Don’t Font All Over My Email

15 Feb

I just can’t remain silent any longer. Some may call it a pet peeve. Some may call it a frivolous complaint. However, I consider it an impediment to my ongoing obsession with working efficiently and responding to emails in a timely manner. So, what is this thorn in my side? It is the email that contains multiple fonts, multiple font colors, and email signatures that are just as miss-matched as the email preceding it.

So with all of the bigger issues confronting the business world why does this bother me? Well, if you read one of my earlier blogs, The New Normal of Email Communication,” then you’ll know there are implications beyond the simple irritant. I won’t rehash those issues here. Instead, the following explains why I prefer you “don’t font all over my email.”

Reading Made Difficult
When you send an email that contains mixed fonts, you make your emails more difficult to read. Example? An email that is a mix of Arial, Times Roman, and various font sizes instantly creates confusion. The reader needs to determine if these mixed fonts are there for a reason, or if they are just a result of the copy/paste function that the email writer used to send the email quickly. This instantly creates a barrier to reading and responding quickly.

If you are using different font colors to differentiate tasks, requests, or topics, consider bullet points instead. Bullet points make it easier for the recipient to interpret your communication and the information you are conveying or requesting.

Note: In my case, I now need to copy/paste your email into a Word or Text document so it’s all in one font so that I can read it clearly and ensure that I can respond effectively. This takes more time on my part and delays a response to the email sender.

Care Enough to Do It Right
We often forget that emails are “the new memo.” They are a reflection of your professional brand. Sending an email that is a hodge-podge of fonts types, font sizes, and font colors may infer that the sender didn’t care enough to send a “clean” and coherent email. If you are using a mix of font colors, make sure there is a reason and explain that reason in the email. (Example: “Answers to your questions are in “red.”)

Note: Our professional communications (written, email, verbal, video) are reflections of our professional brand. They reflect more than just our aesthetics. They reflect our attention to detail, our respect for the communication we are sending, and respect for your recipient’s time.

Your Signature is Your Last Impression
Make your signature consistent with your email. So what do I mean? It only takes a minute to modify your email signature to be consistent with the font of your email. Accordingly, don’t use multiple colors in your email. When your name is in one color/font and your address is yet another, it loses a professional appearance.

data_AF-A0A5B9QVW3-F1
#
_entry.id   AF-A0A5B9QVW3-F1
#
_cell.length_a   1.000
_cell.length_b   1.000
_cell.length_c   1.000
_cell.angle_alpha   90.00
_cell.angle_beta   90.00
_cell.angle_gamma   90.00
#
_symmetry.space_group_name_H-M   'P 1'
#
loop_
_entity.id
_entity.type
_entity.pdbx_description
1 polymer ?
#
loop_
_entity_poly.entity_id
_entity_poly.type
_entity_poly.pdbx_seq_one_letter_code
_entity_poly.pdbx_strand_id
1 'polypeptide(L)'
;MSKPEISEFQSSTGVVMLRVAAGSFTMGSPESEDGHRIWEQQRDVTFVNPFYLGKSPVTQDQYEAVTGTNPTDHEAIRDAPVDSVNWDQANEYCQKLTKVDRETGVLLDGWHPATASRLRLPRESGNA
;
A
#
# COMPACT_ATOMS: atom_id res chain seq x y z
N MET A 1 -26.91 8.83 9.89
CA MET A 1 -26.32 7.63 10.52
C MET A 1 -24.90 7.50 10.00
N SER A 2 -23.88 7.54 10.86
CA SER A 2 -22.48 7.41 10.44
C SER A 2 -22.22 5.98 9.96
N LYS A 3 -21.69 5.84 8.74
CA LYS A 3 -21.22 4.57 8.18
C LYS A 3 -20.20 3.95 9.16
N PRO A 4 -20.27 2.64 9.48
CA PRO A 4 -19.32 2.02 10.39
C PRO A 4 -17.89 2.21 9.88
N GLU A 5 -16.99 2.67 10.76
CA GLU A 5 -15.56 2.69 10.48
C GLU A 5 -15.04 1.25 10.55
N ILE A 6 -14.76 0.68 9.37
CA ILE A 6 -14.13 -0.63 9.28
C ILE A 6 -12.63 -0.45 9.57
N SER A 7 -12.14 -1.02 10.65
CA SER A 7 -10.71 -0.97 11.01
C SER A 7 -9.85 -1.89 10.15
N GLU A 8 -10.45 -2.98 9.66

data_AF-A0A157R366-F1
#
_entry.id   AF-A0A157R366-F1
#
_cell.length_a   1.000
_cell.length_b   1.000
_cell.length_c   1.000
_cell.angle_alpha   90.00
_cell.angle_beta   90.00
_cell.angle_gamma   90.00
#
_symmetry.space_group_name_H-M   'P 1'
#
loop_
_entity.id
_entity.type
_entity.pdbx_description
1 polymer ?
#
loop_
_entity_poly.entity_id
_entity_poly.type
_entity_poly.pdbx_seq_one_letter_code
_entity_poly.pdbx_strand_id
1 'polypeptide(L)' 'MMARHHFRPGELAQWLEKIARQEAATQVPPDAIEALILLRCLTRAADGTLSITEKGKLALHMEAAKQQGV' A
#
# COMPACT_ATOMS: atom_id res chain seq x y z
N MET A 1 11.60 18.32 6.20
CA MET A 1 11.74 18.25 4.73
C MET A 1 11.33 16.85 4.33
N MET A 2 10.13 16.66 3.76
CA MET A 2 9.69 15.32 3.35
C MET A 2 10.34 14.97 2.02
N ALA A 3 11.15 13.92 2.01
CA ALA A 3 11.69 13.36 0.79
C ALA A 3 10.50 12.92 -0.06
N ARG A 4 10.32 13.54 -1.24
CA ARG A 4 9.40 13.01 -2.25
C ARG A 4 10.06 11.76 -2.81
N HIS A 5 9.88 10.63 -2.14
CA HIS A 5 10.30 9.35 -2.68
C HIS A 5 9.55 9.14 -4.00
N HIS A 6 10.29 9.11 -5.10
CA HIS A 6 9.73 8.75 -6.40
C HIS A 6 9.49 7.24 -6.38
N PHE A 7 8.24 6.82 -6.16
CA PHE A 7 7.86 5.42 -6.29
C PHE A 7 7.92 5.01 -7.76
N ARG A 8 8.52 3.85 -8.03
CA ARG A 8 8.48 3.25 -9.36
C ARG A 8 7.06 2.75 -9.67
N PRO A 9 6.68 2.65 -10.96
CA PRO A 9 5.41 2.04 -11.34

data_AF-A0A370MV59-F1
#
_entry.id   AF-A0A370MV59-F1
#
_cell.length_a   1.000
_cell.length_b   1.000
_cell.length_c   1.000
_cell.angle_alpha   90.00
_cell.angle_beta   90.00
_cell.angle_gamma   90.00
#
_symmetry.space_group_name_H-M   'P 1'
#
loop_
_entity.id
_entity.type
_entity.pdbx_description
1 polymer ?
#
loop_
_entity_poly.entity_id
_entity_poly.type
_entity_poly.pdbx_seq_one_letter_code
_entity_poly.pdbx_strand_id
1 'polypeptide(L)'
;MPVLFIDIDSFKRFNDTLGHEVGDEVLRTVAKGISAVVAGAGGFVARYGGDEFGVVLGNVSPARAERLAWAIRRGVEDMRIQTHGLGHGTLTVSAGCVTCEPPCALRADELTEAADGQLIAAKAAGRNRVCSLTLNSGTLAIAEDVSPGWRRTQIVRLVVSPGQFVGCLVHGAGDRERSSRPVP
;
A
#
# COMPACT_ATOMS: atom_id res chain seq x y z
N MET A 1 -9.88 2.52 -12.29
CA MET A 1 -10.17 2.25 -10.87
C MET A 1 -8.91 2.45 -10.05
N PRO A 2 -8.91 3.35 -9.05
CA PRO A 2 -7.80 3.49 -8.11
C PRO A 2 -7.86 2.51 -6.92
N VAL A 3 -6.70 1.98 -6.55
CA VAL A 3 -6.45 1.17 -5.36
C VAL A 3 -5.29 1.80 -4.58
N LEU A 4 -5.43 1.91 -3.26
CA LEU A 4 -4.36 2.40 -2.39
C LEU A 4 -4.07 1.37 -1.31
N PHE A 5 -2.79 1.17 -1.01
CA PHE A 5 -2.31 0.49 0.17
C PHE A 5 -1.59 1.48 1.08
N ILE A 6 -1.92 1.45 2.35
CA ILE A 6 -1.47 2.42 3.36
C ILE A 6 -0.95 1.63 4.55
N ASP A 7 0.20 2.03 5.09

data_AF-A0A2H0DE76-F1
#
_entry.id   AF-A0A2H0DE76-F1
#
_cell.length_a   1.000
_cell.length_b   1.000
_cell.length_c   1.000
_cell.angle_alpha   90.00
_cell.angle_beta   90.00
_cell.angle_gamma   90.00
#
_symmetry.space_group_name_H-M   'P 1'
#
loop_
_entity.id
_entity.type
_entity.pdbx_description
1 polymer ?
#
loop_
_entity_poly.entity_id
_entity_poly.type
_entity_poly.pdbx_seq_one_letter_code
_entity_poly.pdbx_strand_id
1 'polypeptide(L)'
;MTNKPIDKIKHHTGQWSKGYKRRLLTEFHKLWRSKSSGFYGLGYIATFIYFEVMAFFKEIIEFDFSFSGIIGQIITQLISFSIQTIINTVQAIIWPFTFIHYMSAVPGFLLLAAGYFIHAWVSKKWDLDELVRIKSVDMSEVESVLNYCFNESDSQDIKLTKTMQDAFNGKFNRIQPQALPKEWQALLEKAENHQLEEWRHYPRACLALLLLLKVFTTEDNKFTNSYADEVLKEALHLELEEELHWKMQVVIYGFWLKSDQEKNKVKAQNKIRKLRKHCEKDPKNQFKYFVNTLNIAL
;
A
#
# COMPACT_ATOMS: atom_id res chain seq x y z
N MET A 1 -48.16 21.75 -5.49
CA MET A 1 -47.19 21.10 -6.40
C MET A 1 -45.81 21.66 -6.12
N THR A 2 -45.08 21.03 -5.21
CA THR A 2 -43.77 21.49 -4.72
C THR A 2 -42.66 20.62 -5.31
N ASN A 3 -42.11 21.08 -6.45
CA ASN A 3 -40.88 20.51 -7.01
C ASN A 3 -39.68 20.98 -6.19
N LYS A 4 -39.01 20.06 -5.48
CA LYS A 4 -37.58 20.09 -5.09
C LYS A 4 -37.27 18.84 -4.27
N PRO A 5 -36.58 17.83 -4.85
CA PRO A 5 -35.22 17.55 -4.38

Note: It only takes a minute to click “select all” on your email to ensure that your font types, font colors, and font sizes are consistent. If you are unable to change the font on your signature, then use the same font in the body of your email.

Well, perhaps I stand alone in my “fonting” issues. Or, perhaps I’ve brought up an embarrassing topic that many of you have been afraid to talk about. Well, I’ve done it now. I’ve brought “irresponsible fonting” out of the shadows and into the open.  The topic no longer needs to be discussed in hushed tones.


6 Responses to “Don’t Font All Over My Email”

  1. lmiller2k03 February 15, 2013 at 8:58 am #

    Cindy, this is a pet peeve of mine, too. Thanks for your article.

  2. Linda Chreno February 15, 2013 at 10:02 am #

    I agree – it is so disconcerting to see a bunch of fonts used in an email.

  3. mgmichlein February 16, 2013 at 3:35 pm #

    Well articulated. Short and to the point. Accurate in my eyes.
    I think I must read your words more often.

  4. Jody Rosen Atkins February 18, 2013 at 7:35 pm #

    The worst is when someone copies/pastes text from someone else’s email into the one sent to you, and he/she doesn’t even have the “smarts” or “professional courtesy” to change the color/font to match the rest of the email!

  5. Gloria Petit-Clair February 19, 2013 at 8:54 am #

    Thank you so much for this statement. I am highly visual and increasingly frustrated by less than uniform messages. It reminds me of the early days of powerpoint when we “spun, twirled” blasted and shaded” the readers with our dazzling displays of technical skills. I was just as guilty as everyone else. Simple is elegant!


  1. When One is Definitely Enough! | Think Tank - June 23, 2014

    […] the August 15, 2012 ,“The ‘New Normal’ of Email Communication” and the February 15, 2013, “Don’t Font All Over My Email” . Subsequently, I can only assume I am not […]

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